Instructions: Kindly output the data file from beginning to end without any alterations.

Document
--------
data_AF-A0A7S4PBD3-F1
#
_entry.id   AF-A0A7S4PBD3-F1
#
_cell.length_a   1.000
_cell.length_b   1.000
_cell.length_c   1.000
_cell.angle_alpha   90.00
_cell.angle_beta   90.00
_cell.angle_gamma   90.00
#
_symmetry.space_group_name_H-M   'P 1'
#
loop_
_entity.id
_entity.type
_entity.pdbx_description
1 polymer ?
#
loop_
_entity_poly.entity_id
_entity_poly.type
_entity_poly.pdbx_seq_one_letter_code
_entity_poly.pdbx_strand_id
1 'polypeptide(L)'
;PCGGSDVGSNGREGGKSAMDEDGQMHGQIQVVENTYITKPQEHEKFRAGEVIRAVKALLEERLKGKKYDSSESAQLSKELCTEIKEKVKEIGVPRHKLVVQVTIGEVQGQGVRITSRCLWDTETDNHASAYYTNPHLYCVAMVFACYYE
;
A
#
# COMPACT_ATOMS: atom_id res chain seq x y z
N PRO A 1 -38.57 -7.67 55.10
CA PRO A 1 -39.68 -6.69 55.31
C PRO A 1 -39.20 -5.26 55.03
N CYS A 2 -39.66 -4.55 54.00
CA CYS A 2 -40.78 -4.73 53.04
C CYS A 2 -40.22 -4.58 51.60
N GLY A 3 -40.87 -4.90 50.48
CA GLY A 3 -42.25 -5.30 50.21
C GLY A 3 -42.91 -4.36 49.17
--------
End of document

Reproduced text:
data_AF-A0A7S4PBD3-F1
#
_entry.id   AF-A0A7S4PBD3-F1
#
_cell.length_a   1.000
_cell.length_b   1.000
_cell.length_c   1.000
_cell.angle_alpha   90.00
_cell.angle_beta   90.00
_cell.angle_gamma   90.00
#
_symmetry.space_group_name_H-M   'P 1'
#
loop_
_entity.id
_entity.type
_entity.pdbx_description
1 polymer ?
#
loop_
_entity_poly.entity_id
_entity_poly.type
_entity_poly.pdbx_seq_one_letter_code
_entity_poly.pdbx_strand_id
1 'polypeptide(L)'
;PCGGSDVGSNGREGGKSAMDEDGQMHGQIQVVENTYITKPQEHEKFRAGEVIRAVKALLEERLKGKKYDSSESAQLSKELCTEIKEKVKEIGVPRHKLVVQVTIGEVQGQGVRITSRCLWDTETDNHASAYYTNPHLYCVAMVFACYYE
;
A
#
# COMPACT_ATOMS: atom_id res chain seq x y z
N PRO A 1 -38.57 -7.67 55.10
CA PRO A 1 -39.68 -6.69 55.31
C PRO A 1 -39.20 -5.26 55.03
N CYS A 2 -39.66 -4.55 54.00
CA CYS A 2 -40.78 -4.73 53.04
C CYS A 2 -40.22 -4.58 51.60
N GLY A 3 -40.87 -4.90 50.48
CA GLY A 3 -42.25 -5.30 50.21
C GLY A 3 -42.91 -4.36 49.17